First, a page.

The salmonella outbreak was traced to the company's sister plant in Blakely, Ga., where inspectors found roaches, mold, a leaking roof and internal records of more than a dozen positive tests for salmonella.

The outbreak so far has resulted in more than 500 reported illnesses, led to an expansive recall and caused as many as eight deaths. The government is working on a criminal investigation in the case.

In Texas, inspector Patrick Moore of the Department of State Health Services was sent to Plainview, in the sparsely populated Texas Panhandle, after salmonella was traced to the company's plant in Georgia. Moore said the Texas plant wasn't licensed with health officials and had never been inspected since it opened in March 2005. Texas requires food manufacturers to be licensed every two years and routinely inspected.

"I was not aware this plant was in operation and did not know (what) type of products processed," Moore wrote in an inspection report obtained by AP.

The plant is registered with the Texas Comptroller of Public Accounts to do business as Plainview Peanut Co. LLC, according to state records. But the company "was unable to present evidence at the time of the inspection of a current food manufacturers license," Moore wrote in his report.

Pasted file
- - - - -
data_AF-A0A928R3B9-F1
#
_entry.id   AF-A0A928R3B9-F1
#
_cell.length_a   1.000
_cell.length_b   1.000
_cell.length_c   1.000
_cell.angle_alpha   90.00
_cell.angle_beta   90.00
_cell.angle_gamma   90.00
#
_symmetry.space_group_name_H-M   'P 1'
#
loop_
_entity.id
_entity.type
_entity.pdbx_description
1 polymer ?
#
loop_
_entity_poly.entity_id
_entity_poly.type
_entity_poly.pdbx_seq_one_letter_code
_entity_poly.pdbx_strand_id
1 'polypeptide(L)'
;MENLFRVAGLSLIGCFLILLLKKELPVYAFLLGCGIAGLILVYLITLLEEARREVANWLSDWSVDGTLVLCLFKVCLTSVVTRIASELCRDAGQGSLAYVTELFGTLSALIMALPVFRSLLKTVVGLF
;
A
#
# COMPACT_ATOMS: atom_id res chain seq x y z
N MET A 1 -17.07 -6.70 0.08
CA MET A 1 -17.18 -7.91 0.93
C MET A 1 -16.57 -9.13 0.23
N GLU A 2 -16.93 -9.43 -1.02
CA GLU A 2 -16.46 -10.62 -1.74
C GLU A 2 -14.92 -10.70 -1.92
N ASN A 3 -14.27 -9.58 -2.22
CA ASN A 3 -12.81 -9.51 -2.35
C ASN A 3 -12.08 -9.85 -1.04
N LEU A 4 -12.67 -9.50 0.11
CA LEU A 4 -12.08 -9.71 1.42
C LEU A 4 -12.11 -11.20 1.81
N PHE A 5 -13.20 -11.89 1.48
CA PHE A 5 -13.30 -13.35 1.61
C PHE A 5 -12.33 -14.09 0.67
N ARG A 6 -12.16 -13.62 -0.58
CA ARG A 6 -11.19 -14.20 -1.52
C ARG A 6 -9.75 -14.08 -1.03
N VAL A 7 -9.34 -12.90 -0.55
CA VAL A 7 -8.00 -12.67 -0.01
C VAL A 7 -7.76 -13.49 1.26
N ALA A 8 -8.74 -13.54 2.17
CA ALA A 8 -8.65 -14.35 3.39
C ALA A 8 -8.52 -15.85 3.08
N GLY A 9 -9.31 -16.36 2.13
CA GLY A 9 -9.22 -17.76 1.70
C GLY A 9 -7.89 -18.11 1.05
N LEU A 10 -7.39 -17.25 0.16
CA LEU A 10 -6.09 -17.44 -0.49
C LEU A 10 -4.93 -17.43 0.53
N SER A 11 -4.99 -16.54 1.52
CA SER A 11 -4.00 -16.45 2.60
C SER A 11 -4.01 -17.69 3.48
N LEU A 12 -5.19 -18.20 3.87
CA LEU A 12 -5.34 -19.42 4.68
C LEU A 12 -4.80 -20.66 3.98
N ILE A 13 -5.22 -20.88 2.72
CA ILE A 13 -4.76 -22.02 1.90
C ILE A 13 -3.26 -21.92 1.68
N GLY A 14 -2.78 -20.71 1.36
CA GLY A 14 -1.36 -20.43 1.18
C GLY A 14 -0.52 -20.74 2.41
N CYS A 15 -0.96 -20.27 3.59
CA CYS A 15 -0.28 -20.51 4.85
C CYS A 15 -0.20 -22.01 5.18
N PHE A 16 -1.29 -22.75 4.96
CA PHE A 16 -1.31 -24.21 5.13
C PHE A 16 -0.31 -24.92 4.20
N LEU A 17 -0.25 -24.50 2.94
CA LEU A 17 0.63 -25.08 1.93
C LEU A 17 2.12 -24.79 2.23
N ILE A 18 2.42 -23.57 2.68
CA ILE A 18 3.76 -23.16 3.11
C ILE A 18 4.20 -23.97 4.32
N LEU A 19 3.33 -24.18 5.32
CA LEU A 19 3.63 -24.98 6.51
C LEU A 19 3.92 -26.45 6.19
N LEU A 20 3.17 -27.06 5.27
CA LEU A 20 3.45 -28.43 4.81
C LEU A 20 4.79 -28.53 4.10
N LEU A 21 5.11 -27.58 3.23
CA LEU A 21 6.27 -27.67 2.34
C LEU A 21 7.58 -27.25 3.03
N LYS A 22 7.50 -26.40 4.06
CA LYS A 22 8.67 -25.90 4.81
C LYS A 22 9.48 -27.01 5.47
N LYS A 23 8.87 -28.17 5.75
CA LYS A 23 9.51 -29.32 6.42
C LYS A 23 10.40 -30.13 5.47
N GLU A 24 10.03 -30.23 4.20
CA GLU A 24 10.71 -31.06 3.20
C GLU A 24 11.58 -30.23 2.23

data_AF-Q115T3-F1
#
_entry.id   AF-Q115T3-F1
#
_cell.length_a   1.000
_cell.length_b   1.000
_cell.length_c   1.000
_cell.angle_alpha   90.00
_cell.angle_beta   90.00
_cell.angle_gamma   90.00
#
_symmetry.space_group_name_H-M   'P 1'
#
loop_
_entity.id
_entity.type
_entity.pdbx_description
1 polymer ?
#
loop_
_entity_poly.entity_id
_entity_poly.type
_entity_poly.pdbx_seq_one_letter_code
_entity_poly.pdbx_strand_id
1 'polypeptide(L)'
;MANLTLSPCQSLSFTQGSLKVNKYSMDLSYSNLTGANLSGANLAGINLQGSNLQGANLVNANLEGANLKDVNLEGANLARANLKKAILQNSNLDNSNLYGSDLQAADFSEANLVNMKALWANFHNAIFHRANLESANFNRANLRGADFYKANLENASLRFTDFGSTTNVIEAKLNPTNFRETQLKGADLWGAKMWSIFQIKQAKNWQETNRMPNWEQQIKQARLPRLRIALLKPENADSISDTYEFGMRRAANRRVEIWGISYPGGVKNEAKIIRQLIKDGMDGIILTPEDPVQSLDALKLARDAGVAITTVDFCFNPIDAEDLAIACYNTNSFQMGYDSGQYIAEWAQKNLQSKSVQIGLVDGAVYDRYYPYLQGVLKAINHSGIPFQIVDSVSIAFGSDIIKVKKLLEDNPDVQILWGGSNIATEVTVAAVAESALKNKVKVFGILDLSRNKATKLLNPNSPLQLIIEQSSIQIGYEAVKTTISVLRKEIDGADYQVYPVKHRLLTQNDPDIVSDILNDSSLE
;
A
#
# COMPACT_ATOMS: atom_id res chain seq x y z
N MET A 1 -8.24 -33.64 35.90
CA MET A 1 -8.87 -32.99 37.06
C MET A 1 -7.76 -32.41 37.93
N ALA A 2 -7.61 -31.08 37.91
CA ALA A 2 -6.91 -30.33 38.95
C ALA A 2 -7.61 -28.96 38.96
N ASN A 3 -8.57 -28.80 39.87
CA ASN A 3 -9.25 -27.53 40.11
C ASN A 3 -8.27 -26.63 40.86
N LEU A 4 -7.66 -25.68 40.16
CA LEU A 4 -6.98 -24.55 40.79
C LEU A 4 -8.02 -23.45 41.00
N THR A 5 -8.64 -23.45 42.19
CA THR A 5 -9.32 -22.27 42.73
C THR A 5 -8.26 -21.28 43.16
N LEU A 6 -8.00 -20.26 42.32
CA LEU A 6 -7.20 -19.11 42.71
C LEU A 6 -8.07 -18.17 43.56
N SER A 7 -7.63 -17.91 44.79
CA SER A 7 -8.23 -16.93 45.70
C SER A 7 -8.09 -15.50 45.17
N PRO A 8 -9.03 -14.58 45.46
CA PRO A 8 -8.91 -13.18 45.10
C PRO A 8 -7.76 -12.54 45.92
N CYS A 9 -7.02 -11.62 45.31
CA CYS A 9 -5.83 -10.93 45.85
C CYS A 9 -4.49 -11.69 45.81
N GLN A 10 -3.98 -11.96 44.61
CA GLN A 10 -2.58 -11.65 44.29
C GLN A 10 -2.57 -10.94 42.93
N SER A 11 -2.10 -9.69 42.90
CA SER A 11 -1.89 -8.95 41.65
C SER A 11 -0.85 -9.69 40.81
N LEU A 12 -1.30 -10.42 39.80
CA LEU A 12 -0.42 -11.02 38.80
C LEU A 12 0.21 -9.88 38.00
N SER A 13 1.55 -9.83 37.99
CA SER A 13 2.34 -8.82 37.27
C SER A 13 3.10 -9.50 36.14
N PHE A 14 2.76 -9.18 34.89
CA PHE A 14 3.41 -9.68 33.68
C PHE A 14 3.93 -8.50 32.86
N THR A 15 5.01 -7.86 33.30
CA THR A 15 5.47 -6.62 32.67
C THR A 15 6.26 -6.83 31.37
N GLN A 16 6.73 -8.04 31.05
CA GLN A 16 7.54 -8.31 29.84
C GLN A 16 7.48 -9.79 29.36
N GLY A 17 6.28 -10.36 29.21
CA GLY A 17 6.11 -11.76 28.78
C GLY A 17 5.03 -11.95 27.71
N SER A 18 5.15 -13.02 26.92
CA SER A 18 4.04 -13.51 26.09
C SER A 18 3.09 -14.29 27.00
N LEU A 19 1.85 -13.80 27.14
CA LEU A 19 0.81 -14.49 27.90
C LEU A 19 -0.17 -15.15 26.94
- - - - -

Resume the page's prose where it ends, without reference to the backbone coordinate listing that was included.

The plant was properly registered with the FDA as a food processing plant, said David Glasgow, director of the agency's investigations branch in Dallas.

Margaret Glavin, a retired senior FDA official, said those registrations don't help much. She said food producers are required to register under the Bioterrorism Act of 2002, but there is no reliable database that is regularly updated to aid food inspectors. Some companies are listed multiple times, and others remain on the government's list even after they go out of business.

"The database is terrible," said Glavin, who recently stepped down as associate commissioner for FDA's regulator affairs.

. . . .
So much for upholding the law.

A local child was found to have salmonella traced back to the Ga plant. He ate peanut butter crackers at school.
 
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  • #28
wolram
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This is all very strange, were i work every new customer (large retail chain) doe's an inspection of the factory, often taking two or three days, they go through paper work, inspect plant and procedures, often times each new customer brings up a few things they are not happy with, they all all have to be addressed before they will do business with us, that is just the start, we expect follow up vists, have people just been buying from this place (blind) if they have then they are responsible too.
 
  • #29
Astronuc